Lucy Reuss takes it with humor. The 24-year-old basketball player starts this Saturday with Alba Berlin in the play-offs for promotion to the first Bundesliga. But until a few days ago it was not clear whether it would actually start this weekend or whether the main round games would be made up, who Alba would meet in the quarter-finals and in what format. “It was quite a mess in the league,” says Reuss. “But we look to ourselves first, so it almost doesn’t matter who we play against.”
In the meantime, however, the Berliners know about it. On Saturday (2.30 p.m., live stream on sporttotal.tv) they will be playing fourth place in the 2nd DBBL Süd, DJK Don Bosco Bamberg. A week later, Alba is the first in the Nordstaffel to have home advantage in the second leg. If Reuss and her teammates prevail against the Franconians, it is then again a two-way game for promotion. “If we could do it, that would be great. But we’re just looking at the first game,” says Reuss.
Born in Stuttgart, she is Alba’s longest-serving player and has been with the team for eight years. It was not until 2018 that the Berliners made it into the second division, but Reuss sees the real turning point a year later. “When the club’s top management said we wanted you to have the opportunity to get to the top, that gave us a lot of momentum.” with completely different financial and human resources.
Of course, as the largest basketball club in Germany and with its successful men’s team, Alba has other options than the competition, which almost exclusively comes from smaller towns. Simply pumping money into the women’s department to lead them to the first division and to the top as quickly as possible is not Alba’s way. “In the long term, we want to get to where we are with the men with the women,” says sporting director Himar Ojeda. “But we want to grow organically and sustainably. The women’s area should be self-supporting.”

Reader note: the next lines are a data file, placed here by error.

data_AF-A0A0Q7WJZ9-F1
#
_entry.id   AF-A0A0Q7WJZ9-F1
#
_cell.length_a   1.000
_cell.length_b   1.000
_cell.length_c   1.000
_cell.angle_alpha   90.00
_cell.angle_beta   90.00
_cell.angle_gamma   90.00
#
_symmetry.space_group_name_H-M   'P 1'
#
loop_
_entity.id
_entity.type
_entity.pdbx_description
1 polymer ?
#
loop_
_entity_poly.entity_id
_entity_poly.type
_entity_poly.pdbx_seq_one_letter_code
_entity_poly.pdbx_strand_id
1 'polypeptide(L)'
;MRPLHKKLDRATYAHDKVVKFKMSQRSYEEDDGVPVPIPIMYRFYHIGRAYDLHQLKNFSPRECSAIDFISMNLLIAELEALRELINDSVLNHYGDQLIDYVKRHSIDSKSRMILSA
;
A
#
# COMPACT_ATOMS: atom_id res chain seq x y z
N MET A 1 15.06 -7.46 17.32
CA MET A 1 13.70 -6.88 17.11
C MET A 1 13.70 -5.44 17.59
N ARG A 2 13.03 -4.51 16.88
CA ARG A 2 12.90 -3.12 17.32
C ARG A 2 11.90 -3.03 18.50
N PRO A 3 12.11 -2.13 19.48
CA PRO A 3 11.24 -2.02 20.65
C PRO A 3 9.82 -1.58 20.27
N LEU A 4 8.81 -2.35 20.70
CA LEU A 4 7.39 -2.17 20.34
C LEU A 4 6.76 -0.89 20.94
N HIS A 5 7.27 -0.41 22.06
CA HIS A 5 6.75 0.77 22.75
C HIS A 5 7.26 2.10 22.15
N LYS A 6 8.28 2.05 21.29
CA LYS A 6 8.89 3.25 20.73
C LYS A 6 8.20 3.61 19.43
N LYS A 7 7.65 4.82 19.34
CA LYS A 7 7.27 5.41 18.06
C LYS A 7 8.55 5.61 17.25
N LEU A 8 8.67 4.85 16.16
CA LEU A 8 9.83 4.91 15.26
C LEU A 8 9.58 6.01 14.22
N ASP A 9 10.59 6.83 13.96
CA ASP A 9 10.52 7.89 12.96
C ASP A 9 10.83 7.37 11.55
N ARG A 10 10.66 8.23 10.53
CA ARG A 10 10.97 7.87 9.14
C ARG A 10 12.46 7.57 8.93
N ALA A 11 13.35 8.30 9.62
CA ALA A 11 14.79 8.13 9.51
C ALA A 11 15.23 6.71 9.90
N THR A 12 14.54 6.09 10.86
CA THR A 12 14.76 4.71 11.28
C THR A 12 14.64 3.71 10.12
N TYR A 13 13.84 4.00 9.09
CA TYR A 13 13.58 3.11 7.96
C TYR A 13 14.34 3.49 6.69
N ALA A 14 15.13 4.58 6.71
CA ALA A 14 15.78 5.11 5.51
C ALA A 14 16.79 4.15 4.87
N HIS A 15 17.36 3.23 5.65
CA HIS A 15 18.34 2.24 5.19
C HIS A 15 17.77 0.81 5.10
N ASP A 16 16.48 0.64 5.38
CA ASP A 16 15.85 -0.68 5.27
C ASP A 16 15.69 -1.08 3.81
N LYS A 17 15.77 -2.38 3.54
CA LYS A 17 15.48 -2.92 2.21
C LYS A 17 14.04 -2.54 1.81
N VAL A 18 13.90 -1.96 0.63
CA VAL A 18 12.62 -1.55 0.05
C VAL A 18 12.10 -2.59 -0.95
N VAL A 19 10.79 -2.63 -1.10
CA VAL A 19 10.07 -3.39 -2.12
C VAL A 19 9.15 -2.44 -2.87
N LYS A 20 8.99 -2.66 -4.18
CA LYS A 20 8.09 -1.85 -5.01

Good mix of experience and talent
About 400 women and girls play at Alba, more than in any other German club, and this work among youngsters is slowly bearing fruit. Of the 16 players in the squad for the second division team, eight are from Berlin and nine are under 20 years old. “We have a good mix of experience and talent,” says Reuss.
The biggest challenges are more in the organizational area. The Berliners do not have an adequate venue. They play in an adjoining hall of the Max-Schmeling-Halle, where no more than a few hundred fans can watch, even without pandemic-related restrictions. “We are working on it and have tried everything possible, but the hall situation in Berlin is frustrating,” says Ojeda. Nevertheless, Reuss is happy that spectators were allowed in the last two games, even if only 80. “After almost two years without fans, it was super nice.”
Due to the very different living conditions, training is also more difficult than for male professionals. Some players still go to the sports school and train there in the mornings, others are already in professional life, such as captain Lena Gohlisch, who works as a doctor in the hospital, or Reuss, who works in a law firm while studying law.
“Organizationally it’s tough, but it’s also a balance when I stand in the hall for two hours in the evening and can switch off my head,” says Reuss. In addition, she felt that the club held her in high esteem and was able to finance her rent with her hobby. “Of course there is still a lot to do in terms of equality, but that’s a privilege.” Alba also has three young professional basketball players under contract in Hannah Brown, Valeria Aleksieva and Luciana Chagas.
In the future, more players should be given the opportunity to focus fully on basketball through reasonable payment, but there is still a long way to go. The ascent would certainly help to generate more attention and perhaps also win new sponsors. For Reuss and her colleagues, none of this matters at first, they want to enjoy the play-offs above all. “We fought for it all season, now we want to face the challenge.”
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